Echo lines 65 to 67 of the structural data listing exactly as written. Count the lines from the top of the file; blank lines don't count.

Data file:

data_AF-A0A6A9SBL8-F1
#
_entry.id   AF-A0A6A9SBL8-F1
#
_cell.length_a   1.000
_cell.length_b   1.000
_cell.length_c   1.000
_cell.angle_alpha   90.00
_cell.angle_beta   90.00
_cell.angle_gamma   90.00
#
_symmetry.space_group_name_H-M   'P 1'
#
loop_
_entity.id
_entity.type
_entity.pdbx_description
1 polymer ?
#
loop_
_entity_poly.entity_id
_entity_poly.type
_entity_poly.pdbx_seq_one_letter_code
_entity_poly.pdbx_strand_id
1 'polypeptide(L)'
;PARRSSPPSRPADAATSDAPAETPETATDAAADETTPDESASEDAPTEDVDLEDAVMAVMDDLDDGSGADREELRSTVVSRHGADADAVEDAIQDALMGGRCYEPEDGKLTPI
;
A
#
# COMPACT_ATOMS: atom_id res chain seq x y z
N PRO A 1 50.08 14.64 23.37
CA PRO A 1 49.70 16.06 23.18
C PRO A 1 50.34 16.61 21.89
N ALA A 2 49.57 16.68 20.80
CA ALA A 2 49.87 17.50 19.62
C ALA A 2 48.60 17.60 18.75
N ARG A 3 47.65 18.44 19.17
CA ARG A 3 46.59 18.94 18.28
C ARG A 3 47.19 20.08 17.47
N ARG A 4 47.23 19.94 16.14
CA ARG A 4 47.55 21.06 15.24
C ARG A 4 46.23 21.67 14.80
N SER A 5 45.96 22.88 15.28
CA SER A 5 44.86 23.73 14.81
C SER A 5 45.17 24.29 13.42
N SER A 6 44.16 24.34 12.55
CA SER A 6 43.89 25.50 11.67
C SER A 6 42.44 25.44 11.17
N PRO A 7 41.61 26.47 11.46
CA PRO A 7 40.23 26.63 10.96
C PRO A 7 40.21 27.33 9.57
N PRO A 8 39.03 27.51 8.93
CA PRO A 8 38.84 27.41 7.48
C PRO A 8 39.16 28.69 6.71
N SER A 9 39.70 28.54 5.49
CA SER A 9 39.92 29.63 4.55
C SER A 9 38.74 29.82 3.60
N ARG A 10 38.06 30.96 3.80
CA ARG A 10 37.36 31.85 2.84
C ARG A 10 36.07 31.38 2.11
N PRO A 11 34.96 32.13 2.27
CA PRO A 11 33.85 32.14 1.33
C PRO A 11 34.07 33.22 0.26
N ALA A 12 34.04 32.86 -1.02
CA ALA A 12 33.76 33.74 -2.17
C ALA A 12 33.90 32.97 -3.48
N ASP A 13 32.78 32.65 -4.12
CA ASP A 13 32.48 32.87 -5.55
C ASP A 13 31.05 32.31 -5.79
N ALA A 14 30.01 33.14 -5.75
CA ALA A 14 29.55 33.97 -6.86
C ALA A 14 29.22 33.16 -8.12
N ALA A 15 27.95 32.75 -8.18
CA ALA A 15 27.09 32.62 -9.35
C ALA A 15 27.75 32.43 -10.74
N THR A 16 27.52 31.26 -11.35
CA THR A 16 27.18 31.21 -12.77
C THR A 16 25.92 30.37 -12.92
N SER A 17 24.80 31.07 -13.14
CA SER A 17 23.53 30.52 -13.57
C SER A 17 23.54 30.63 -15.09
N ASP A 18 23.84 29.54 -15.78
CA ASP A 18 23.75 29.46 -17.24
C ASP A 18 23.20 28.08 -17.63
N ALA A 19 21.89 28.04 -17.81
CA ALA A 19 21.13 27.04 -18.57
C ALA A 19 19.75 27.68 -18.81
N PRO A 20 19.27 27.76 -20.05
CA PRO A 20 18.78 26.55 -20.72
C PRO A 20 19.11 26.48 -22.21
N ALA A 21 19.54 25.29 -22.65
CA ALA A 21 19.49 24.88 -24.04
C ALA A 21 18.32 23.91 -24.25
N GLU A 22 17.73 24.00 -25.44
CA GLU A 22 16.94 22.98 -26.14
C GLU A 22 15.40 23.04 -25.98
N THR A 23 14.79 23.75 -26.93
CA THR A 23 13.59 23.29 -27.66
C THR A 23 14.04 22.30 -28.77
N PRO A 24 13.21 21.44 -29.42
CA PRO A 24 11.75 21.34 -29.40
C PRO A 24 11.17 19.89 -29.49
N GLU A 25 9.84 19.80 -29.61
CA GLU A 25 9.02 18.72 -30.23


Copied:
CA ALA A 12 33.76 33.74 -2.17
C ALA A 12 33.90 32.97 -3.48
N ASP A 13 32.78 32.65 -4.12